“Agility increases as the accuracy and timeliness of information improves, and this requires support for more advanced analytics and better integrated systems. Modernising from consensus driven planning processes and shifting to more dynamic processes which are capable of adapting quickly to changes in pricing, promotions, demand patterns or other external factors, will prove key to maturing demand management practices. In turn, this will improve competitiveness as new channels, products and approaches present opportunities for those who prove to be agile enough.”

Matthew Addley, Industry Strategist – Manufacturing, Infor

Matthew Addley
Matthew Addley, Industry Strategist – Manufacturing, Infor

“The ongoing semiconductor and chip shortage has turned the spotlight on supply chain vulnerabilities and its impact on everyday commodities – from mobile phones to automobiles. Australian manufacturers can build resilience to navigate future supply chain disruptions by:

  • Leveraging data insights and data-driven processes to help adapt to sudden changes. Modern cloud-deployed ERP solutions are invaluable to capture and track data throughout an organisation.
  • Optimising supply chain agility through a connected supply chain with a single view of orders, shipments, and inventory and shared digital processes is critical to build agility to respond to disruptions quickly and efficiently.
  • Exploring new partnerships for a diversified approach to build a resilient network around sourcing, manufacturing and distribution.
  • Building regional sourcing hubs to have more agile supplier networks that can help manufacturers meet their production targets and sustainability ambitions.
  • Leveraging automation by investing in fully standardised, digital processes can help manufacturers operate with far less resources and save costs.”

Peter Philipp, General Manager ANZ, Neo4j

Peter Philipp
Peter Philipp, General Manager ANZ, Neo4j

“When faced with an emergency, such as a blocked shipping route or closed port, manufacturers need to know what other options are available and divert to them quickly. But the vast complexity of global supply chains makes them very difficult to visualise.

“One solution is a graph database. This represents all the different elements of the supply chain – products, suppliers and facilities, and the relationships between them – as nodes and links. It creates a “digital twin” which can be used to simulate different scenarios and plan contingencies.

“A manufacturer can then make a complex query such as: ‘If supplies of component Y are affected by delays, what other suppliers are there, and how quickly can they ship replacements?’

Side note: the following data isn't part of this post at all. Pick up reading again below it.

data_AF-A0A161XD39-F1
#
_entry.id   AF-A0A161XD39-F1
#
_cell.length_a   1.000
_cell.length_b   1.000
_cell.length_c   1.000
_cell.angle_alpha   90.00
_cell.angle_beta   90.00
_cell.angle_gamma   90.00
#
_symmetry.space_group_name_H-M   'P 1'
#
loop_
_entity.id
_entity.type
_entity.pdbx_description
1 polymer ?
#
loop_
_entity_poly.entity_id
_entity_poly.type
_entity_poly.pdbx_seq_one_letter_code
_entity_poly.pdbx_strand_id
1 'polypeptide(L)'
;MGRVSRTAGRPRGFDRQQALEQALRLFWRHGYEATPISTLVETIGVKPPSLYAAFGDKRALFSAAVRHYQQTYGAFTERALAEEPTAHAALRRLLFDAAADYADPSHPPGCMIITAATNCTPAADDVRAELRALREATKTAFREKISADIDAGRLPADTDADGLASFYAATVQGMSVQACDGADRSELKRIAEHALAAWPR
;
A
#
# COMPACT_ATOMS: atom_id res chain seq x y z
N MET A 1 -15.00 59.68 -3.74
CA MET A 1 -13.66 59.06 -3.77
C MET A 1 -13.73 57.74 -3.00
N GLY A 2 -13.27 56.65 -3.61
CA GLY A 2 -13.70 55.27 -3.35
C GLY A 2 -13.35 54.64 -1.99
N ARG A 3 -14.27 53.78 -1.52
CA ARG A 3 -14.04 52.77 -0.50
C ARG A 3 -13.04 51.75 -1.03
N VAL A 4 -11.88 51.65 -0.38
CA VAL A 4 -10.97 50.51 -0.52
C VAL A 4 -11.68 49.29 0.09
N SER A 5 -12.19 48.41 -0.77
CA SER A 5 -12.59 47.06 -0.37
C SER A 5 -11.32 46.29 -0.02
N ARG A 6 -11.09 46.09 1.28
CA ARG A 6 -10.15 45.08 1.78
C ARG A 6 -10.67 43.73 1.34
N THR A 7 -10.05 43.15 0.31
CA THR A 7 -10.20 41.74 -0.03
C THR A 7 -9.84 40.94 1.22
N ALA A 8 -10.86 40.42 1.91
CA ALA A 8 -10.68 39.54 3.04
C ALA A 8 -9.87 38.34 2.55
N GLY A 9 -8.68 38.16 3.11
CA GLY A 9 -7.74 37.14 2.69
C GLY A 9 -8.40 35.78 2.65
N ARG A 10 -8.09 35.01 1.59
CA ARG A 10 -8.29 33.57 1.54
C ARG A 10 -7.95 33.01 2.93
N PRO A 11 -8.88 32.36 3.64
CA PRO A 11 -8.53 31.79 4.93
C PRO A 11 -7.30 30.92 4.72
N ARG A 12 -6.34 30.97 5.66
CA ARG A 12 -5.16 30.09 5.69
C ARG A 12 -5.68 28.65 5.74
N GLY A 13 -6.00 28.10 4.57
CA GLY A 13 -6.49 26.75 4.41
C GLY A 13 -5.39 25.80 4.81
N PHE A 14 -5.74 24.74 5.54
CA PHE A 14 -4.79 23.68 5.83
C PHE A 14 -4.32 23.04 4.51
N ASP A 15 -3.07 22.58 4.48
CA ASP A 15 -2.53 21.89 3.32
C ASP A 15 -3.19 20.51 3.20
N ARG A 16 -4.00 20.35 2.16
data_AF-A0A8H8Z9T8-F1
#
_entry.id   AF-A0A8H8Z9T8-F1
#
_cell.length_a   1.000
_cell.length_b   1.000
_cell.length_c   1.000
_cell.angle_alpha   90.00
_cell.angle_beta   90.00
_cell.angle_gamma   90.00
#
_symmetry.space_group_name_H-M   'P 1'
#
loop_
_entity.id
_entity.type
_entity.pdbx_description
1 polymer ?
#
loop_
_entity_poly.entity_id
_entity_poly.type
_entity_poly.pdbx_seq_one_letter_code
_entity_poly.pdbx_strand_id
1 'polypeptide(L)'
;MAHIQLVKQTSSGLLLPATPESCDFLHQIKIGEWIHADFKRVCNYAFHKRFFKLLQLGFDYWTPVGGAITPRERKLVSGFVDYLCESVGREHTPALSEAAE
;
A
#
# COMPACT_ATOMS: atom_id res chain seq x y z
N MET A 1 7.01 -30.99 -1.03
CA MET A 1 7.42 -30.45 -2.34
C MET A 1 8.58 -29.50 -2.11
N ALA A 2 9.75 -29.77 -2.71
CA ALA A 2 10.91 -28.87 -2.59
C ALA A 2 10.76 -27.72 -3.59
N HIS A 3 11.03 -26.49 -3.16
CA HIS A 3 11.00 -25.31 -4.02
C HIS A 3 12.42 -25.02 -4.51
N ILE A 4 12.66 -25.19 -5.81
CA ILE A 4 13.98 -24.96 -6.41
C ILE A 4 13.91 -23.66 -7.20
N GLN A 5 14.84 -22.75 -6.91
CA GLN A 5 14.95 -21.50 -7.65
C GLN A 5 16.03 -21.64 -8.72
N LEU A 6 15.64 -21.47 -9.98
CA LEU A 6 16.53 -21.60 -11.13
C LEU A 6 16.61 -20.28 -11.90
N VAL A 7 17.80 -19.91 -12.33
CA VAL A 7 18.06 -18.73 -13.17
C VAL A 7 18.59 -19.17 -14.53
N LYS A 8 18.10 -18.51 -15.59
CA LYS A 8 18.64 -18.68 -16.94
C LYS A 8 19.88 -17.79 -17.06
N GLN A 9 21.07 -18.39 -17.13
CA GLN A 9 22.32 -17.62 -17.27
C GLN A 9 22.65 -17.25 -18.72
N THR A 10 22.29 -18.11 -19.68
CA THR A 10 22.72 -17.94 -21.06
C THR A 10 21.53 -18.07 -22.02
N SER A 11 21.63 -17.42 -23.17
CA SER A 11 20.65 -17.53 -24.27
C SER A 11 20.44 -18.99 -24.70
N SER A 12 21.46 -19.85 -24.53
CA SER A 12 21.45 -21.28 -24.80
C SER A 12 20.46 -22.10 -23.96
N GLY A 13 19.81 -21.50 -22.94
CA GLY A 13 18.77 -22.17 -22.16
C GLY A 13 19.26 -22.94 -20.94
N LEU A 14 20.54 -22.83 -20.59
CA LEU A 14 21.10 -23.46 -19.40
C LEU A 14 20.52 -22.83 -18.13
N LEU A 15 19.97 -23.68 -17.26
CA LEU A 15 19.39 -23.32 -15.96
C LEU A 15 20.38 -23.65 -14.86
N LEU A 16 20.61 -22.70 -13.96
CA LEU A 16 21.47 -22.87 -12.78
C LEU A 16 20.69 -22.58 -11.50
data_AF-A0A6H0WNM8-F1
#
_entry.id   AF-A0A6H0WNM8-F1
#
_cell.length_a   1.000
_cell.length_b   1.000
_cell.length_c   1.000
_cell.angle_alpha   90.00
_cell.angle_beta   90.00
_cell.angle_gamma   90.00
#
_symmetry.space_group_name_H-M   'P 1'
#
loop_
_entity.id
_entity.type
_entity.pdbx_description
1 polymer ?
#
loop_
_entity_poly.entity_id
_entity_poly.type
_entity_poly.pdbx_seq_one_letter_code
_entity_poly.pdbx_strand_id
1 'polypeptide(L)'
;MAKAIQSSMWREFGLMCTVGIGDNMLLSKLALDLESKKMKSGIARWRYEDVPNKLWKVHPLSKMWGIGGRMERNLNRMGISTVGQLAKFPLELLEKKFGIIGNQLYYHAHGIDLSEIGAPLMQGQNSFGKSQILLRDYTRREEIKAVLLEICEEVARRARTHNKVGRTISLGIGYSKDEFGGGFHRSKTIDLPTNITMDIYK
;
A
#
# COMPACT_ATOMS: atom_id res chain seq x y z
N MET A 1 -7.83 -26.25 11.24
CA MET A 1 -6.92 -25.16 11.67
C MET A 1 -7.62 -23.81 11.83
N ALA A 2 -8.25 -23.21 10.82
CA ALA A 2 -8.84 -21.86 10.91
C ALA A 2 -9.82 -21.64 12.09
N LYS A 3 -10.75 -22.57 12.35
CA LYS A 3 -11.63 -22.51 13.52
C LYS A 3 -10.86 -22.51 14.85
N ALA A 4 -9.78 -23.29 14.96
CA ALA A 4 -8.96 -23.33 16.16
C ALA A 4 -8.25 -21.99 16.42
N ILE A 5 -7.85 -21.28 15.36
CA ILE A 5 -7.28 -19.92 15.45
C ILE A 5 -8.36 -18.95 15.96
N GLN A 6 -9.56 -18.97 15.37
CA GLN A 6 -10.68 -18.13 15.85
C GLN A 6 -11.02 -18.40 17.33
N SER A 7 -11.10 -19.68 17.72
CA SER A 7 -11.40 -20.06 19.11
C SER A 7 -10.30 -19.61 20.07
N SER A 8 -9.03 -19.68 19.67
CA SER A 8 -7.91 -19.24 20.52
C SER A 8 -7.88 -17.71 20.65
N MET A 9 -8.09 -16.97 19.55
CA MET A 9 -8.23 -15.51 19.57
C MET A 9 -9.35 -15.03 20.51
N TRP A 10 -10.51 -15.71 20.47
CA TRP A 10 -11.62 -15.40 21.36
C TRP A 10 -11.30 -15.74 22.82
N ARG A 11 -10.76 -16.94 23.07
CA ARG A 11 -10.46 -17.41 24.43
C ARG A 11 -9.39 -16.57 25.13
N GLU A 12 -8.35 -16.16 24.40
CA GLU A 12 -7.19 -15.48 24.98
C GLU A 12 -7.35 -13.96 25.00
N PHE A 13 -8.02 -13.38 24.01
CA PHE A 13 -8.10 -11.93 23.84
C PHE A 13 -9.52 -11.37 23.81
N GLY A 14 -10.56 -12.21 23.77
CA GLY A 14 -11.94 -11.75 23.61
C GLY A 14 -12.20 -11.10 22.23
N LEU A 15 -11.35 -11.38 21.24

“By mapping networks and potential risks, a much more proactive approach can be taken to risk management.”

Callan Mantell, Vice President JAPAC, Oracle Construction and Engineering

Callan Mantell
Callan Mantell, Vice President JAPAC, Oracle Construction and Engineering

“Like in many other industries, supply chain issues in construction and engineering are substantially impacting schedules and costs. In addition, the hefty cost of materials used for construction projects is forcing owners to rethink how they manage materials.

“According to 2022 Zippia research, only 6% of companies report full visibility on their supply chain, while 69% of companies do not have total visibility. We are seeing a significant shift as businesses look to the latest in construction technology, like the Smart Construction Platform, to gain supply chain visibility, and help diagnose and understand disruptions.

“These technologies can provide the backbone for owners and delivery team’s, creating a vital single source of truth that help manage uncertainty by controlling time, cost, safety, quality, and more. By ensuring that all stakeholders of a project are seeing the most up-to-date information and leveraging forward-looking insights through predictive analytics, teams can respond in a more timely and collaborative manner than ever before possible.”

Gerald Faust, Managing Director and CEO, Asia Pacific and Middle East, SNP Group

Gerald Faust
Gerald Faust, Managing Director and CEO, Asia Pacific and Middle East, SNP Group

“Supply chains are under more pressure than ever before, and many organisations are feeling the strain. Labour shortages, equipment availability, and the ripple effect of global bottlenecks all drive delays, and organisations must find ways to lessen the impact by driving enterprise mobility and leveraging intelligent analytics.